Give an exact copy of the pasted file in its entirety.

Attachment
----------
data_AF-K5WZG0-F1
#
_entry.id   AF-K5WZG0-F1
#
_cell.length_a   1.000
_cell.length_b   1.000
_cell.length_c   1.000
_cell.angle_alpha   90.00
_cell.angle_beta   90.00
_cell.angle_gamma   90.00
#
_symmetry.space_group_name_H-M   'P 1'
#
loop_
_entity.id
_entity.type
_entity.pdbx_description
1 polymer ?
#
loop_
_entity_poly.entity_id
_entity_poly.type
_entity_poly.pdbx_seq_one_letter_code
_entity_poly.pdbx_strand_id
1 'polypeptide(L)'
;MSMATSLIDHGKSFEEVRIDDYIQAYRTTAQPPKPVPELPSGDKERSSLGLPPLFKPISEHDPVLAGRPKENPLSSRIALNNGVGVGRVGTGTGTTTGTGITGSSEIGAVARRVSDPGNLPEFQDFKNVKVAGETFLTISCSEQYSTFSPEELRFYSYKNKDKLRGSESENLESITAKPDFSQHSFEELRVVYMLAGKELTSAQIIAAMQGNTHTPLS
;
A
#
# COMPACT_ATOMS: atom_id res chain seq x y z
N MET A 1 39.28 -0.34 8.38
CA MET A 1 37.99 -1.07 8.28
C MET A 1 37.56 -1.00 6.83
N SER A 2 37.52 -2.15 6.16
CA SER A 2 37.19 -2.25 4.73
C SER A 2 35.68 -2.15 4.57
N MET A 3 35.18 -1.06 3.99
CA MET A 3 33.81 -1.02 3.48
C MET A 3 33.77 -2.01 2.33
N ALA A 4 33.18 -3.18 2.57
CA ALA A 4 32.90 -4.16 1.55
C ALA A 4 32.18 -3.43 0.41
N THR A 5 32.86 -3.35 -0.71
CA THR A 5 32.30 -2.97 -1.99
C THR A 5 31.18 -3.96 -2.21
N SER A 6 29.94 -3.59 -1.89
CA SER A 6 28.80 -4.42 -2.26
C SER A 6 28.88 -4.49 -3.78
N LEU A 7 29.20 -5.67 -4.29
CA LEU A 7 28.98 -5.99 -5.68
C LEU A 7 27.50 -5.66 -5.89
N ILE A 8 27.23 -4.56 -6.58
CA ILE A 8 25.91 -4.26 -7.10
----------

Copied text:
data_AF-K5WZG0-F1
#
_entry.id   AF-K5WZG0-F1
#
_cell.length_a   1.000
_cell.length_b   1.000
_cell.length_c   1.000
_cell.angle_alpha   90.00
_cell.angle_beta   90.00
_cell.angle_gamma   90.00
#
_symmetry.space_group_name_H-M   'P 1'
#
loop_
_entity.id
_entity.type
_entity.pdbx_description
1 polymer ?
#
loop_
_entity_poly.entity_id
_entity_poly.type
_entity_poly.pdbx_seq_one_letter_code
_entity_poly.pdbx_strand_id
1 'polypeptide(L)'
;MSMATSLIDHGKSFEEVRIDDYIQAYRTTAQPPKPVPELPSGDKERSSLGLPPLFKPISEHDPVLAGRPKENPLSSRIALNNGVGVGRVGTGTGTTTGTGITGSSEIGAVARRVSDPGNLPEFQDFKNVKVAGETFLTISCSEQYSTFSPEELRFYSYKNKDKLRGSESENLESITAKPDFSQHSFEELRVVYMLAGKELTSAQIIAAMQGNTHTPLS
;
A
#
# COMPACT_ATOMS: atom_id res chain seq x y z
N MET A 1 39.28 -0.34 8.38
CA MET A 1 37.99 -1.07 8.28
C MET A 1 37.56 -1.00 6.83
N SER A 2 37.52 -2.15 6.16
CA SER A 2 37.19 -2.25 4.73
C SER A 2 35.68 -2.15 4.57
N MET A 3 35.18 -1.06 3.99
CA MET A 3 33.81 -1.02 3.48
C MET A 3 33.77 -2.01 2.33
N ALA A 4 33.18 -3.18 2.57
CA ALA A 4 32.90 -4.16 1.55
C ALA A 4 32.18 -3.43 0.41
N THR A 5 32.86 -3.35 -0.71
CA THR A 5 32.30 -2.97 -1.99
C THR A 5 31.18 -3.96 -2.21
N SER A 6 29.94 -3.59 -1.89
CA SER A 6 28.80 -4.42 -2.26
C SER A 6 28.88 -4.49 -3.78
N LEU A 7 29.20 -5.67 -4.29
CA LEU A 7 28.98 -5.99 -5.68
C LEU A 7 27.50 -5.66 -5.89
N ILE A 8 27.23 -4.56 -6.58
CA ILE A 8 25.91 -4.26 -7.10